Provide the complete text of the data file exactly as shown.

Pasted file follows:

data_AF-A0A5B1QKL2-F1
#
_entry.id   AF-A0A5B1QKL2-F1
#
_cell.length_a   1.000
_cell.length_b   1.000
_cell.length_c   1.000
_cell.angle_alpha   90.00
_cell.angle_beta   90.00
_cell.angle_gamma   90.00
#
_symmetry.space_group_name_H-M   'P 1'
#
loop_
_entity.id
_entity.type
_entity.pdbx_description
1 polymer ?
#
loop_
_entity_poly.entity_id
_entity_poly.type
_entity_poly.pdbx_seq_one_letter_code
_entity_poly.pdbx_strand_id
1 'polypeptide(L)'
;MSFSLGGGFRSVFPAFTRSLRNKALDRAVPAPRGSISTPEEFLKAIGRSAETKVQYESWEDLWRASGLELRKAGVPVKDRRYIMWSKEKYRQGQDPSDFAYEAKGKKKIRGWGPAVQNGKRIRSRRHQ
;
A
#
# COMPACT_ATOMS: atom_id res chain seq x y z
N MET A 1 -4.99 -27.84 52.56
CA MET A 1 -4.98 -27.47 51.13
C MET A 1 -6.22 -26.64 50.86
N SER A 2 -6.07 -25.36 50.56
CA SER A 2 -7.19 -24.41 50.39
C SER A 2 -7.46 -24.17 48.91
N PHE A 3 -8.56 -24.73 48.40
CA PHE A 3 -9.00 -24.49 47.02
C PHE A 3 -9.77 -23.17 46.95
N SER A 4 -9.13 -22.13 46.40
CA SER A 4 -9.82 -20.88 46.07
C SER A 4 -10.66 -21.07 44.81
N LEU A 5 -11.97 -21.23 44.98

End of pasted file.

data_AF-A0A5B1QKL2-F1
#
_entry.id   AF-A0A5B1QKL2-F1
#
_cell.length_a   1.000
_cell.length_b   1.000
_cell.length_c   1.000
_cell.angle_alpha   90.00
_cell.angle_beta   90.00
_cell.angle_gamma   90.00
#
_symmetry.space_group_name_H-M   'P 1'
#
loop_
_entity.id
_entity.type
_entity.pdbx_description
1 polymer ?
#
loop_
_entity_poly.entity_id
_entity_poly.type
_entity_poly.pdbx_seq_one_letter_code
_entity_poly.pdbx_strand_id
1 'polypeptide(L)'
;MSFSLGGGFRSVFPAFTRSLRNKALDRAVPAPRGSISTPEEFLKAIGRSAETKVQYESWEDLWRASGLELRKAGVPVKDRRYIMWSKEKYRQGQDPSDFAYEAKGKKKIRGWGPAVQNGKRIRSRRHQ
;
A
#
# COMPACT_ATOMS: atom_id res chain seq x y z
N MET A 1 -4.99 -27.84 52.56
CA MET A 1 -4.98 -27.47 51.13
C MET A 1 -6.22 -26.64 50.86
N SER A 2 -6.07 -25.36 50.56
CA SER A 2 -7.19 -24.41 50.39
C SER A 2 -7.46 -24.17 48.91
N PHE A 3 -8.56 -24.73 48.40
CA PHE A 3 -9.00 -24.49 47.02
C PHE A 3 -9.77 -23.17 46.95
N SER A 4 -9.13 -22.13 46.40
CA SER A 4 -9.82 -20.88 46.07
C SER A 4 -10.66 -21.07 44.81
N LEU A 5 -11.97 -21.23 44.98